Mediterranean Stand-Off: why we need to move beyond crisis thinking on refugees

Above: Migrants rescued by the ship MS Aquarius arrive in Valencia, Spain, aboard an Italian military vessel on June 17.  (Photo by Pablo Blazquez Dominguez/Getty Images)

629 asylum seekers were stranded on the Mediterranean Sea last week when Italy refused to allow their disembarkation. The group, which included 134 children and seven pregnant women, was picked up from inflatable rubber boats on the Mediterranean on June 9 by the NGO rescue vessel, MS Aquarius.

The Italian government attempted to shift responsibility to Malta, which also refused to admit the rescuees. With conditions on the overcrowded rescue vessel deteriorating, a potential humanitarian disaster was averted only after Spain’s Prime Minister, Pedro Sanchez, intervened to accept responsibility.

Italy’s actions must be condemned. The longstanding principle that a shipmaster has a duty to rescue persons in distress without regard for their nationality, status, or circumstances is only viable so long as states honor their duty to enable the speedy disembarkation of those rescued – a duty that Italy (and perhaps also Malta) breached in this case.

Emmanuel Macron denounced Italy’s actions as cynical and irresponsible. But the Italian Prime Minister, Guiseppe Conte, was to some extent justified in calling out the hypocrisy of these comments.

Italy and Greece have shouldered far more than their fair share of refugees seeking protection in Europe. The European Union’s ‘Dublin Regulation’ unfairly places sole responsibility for affording protection on the first country in which a refugee arrives – meaning that states bordering the Mediterranean face heavy burdens while others states can wash their hands of what is in principle a common responsibility.

Nor is it an answer to call for temporary, ad hoc redistribution of the kind that the EU agreed to during the height of arrivals in 2015, and which the UN’s refugee agency (UNHCR) now proposes as the global standard under its draft “global compact.” Once states know where refugees have arrived there is little incentive for them to pitch-in and lessen the burdens of others. Much less is there an incentive for frontline states to keep doors open to those in need if there is a real risk that sharing will not happen.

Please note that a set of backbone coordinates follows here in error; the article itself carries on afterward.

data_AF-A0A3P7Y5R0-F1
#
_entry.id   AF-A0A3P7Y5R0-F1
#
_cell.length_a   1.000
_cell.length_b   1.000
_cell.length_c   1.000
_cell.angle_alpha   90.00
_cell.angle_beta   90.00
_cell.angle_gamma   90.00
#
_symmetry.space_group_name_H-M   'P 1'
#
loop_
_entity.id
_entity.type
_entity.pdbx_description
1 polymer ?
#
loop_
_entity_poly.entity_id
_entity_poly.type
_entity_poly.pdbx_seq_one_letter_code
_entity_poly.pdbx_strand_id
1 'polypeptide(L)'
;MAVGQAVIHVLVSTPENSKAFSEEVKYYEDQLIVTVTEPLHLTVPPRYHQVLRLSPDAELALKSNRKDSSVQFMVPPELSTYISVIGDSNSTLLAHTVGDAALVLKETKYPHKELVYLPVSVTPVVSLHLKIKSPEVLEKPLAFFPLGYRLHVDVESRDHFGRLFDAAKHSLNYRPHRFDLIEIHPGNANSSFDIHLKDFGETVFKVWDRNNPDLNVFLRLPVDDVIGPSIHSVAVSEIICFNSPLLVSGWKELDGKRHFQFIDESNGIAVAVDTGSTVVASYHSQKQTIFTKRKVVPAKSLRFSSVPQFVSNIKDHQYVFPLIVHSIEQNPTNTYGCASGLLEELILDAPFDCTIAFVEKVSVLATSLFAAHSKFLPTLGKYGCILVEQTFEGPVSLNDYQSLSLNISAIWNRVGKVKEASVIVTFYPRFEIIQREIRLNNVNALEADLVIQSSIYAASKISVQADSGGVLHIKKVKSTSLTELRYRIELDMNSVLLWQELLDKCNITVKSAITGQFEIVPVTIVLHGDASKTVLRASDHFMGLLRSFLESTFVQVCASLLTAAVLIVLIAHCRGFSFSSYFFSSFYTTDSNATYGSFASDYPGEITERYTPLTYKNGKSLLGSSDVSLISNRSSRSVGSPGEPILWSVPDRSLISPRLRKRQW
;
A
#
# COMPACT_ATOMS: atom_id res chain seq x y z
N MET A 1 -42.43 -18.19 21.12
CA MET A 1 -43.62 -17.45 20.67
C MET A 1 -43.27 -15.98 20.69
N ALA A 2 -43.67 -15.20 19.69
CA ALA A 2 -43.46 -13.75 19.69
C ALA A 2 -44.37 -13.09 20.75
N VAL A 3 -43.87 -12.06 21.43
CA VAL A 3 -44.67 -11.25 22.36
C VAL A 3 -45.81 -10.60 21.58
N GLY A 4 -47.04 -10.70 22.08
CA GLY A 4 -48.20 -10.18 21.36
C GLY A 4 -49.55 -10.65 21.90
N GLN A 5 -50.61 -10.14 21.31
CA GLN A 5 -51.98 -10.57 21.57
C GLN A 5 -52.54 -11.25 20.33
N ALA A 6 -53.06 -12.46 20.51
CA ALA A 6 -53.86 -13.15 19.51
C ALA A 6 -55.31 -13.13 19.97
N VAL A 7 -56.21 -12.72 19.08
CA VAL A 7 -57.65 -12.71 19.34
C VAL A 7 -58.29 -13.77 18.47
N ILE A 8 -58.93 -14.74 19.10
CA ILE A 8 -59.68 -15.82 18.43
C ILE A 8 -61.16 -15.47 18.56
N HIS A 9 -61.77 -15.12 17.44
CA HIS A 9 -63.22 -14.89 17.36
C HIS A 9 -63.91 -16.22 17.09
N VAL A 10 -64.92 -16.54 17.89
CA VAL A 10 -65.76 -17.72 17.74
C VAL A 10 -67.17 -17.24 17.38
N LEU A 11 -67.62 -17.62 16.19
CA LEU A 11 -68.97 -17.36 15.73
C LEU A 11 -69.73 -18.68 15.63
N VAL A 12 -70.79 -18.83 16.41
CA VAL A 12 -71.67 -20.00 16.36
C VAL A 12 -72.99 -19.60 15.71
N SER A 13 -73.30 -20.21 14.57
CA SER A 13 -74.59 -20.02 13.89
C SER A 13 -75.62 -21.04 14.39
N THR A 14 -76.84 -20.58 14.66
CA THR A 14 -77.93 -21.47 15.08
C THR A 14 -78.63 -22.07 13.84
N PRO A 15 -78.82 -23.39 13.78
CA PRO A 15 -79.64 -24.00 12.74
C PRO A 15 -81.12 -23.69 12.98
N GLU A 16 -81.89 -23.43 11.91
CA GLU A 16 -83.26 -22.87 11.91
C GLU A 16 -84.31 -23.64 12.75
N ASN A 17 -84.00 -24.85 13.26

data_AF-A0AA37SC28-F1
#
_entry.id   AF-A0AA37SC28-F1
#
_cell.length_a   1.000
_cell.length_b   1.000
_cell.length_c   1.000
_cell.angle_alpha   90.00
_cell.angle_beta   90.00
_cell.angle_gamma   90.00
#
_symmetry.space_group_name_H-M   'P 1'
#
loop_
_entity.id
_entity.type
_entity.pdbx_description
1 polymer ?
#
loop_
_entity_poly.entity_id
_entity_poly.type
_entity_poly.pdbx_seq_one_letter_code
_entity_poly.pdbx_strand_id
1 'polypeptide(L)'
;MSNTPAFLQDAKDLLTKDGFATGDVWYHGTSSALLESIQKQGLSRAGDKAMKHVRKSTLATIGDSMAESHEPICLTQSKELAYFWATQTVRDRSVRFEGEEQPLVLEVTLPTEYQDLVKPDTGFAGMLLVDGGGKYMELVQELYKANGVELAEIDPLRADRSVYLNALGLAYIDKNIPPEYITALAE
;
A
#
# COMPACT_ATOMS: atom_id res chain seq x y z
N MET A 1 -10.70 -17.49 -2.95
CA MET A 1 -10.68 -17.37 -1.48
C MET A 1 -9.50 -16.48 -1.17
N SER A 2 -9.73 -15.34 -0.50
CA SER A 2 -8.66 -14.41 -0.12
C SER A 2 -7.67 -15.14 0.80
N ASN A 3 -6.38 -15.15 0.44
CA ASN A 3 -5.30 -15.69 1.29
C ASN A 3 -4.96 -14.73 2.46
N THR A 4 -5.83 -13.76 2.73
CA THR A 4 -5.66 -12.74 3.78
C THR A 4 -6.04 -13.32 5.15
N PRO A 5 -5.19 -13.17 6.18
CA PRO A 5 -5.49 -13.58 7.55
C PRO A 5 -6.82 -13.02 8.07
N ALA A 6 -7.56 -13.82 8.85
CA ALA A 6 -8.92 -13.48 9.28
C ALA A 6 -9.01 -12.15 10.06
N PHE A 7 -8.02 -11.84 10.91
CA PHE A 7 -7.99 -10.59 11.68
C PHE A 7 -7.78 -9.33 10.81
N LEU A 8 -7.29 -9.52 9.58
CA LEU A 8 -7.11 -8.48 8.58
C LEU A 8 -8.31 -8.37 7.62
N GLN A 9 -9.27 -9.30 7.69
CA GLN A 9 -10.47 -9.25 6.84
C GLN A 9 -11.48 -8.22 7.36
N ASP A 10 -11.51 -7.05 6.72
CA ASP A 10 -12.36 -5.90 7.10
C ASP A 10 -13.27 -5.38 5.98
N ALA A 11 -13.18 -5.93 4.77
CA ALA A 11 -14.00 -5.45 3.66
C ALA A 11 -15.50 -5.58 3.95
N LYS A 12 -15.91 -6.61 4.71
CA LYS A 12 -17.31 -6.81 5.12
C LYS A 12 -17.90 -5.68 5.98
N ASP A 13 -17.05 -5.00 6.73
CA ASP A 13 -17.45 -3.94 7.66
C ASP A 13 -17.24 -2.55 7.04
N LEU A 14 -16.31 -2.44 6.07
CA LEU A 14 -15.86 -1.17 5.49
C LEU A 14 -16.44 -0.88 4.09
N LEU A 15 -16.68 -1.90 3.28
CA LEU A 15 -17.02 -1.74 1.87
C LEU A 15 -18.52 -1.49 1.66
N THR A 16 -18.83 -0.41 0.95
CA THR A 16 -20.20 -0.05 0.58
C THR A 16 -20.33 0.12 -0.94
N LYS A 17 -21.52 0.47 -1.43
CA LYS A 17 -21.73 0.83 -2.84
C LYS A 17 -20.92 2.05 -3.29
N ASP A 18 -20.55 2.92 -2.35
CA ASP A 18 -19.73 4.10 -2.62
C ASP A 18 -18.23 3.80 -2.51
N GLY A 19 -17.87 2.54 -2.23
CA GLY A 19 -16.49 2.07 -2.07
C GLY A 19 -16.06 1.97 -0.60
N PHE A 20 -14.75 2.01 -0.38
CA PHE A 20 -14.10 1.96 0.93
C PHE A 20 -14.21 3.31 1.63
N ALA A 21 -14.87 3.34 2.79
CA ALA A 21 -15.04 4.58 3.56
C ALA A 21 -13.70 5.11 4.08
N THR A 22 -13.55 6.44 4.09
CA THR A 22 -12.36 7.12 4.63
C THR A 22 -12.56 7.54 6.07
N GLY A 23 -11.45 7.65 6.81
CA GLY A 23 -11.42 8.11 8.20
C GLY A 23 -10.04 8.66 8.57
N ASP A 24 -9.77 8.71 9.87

Instead, an insurance-based approach to protection is needed, under which, fair shares are defined in advance and implemented in an efficient and dependable way. Such reform will be dramatically more viable if Europe does not simply attempt to redistribute refugees within the EU. It should instead partner with safe states in regions of origin — and ultimately with states around the globe — to collectivize the provision of asylum.

The basic premise would be that asylum seekers stand on an equal footing no matter where they apply for protection. There would no longer be any incentive for asylum seekers to attempt longer and riskier journeys to reach wealthier destinations where they can maximise their economic and social outcomes. Nor would there be any incentive for wealthy nations to put up barriers preventing asylum seekers from accessing their territories.

Under a collective approach, there would be one unified refugee processing system. A person could apply for asylum from any country. If found to be in need of protection, they would then go into a centralised pool, to be provided protection for the duration of risk in a safe country. This will normally be in their region of origin in order to maximize the functional and cultural compatibility needed quickly to get back on their feet. Preference matching algorithms can be used to maximize refugee autonomy. Host countries would be guaranteed both the resources needed to provide asylum and start-up grants to enable refugees and host communities to thrive.

Within 5 years, history suggests that at least half of refugees would be able either safely to go home or to integrate locally. Our proposal builds on that reality to renew asylum capacity. But for refugees unable to go home or to stay in the first asylum state by the 5-year switch point, the revamped protection system we advocate would guarantee resettlement outside the region. The number of resettlement spots needed would be roughly the same as the number of asylum cases now processed each year in wealthier countries, allowing Europe and other OECD states to swap their present chaotic and absurdly expensive asylum systems for a more managed, orderly role.

Under this system, a refugee in Africa or the Middle East would have the same chance of resettlement in Europe as one who risks his or her life to reach Europe’s shores. And refugee smugglers would be out of business because they would have no immigration result to sell.

It would end the disputes of the sort we saw in the Mediterranean this week. States could grant asylum seekers access to their territory, safe in the knowledge that no immigration consequence would follow from that admission.

The current approach to refugee protection is clearly broken. Urgent action is required to end inter-state squabbling over responsibility for affording protection. Until then, refugees will face more deflections, more deterrence and more precarity. 

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About the Author(s)

James C. Hathaway

James E. and Sarah A. Degan Professor of Law and Director of the Program in Refugee and Asylum Law at the University of Michigan Follow him on Twitter (@JC_Hathaway).

Daniel Ghezelbash

Senior Lecturer at Macquarie Law School in Sydney, Founding Director of the Macquarie University Social Justice Clinic, Author of Refuge Lost: Asylum Law in an Interdependent World, Special Counsel at the National Justice Project Follow him on Twitter (@DanGhez).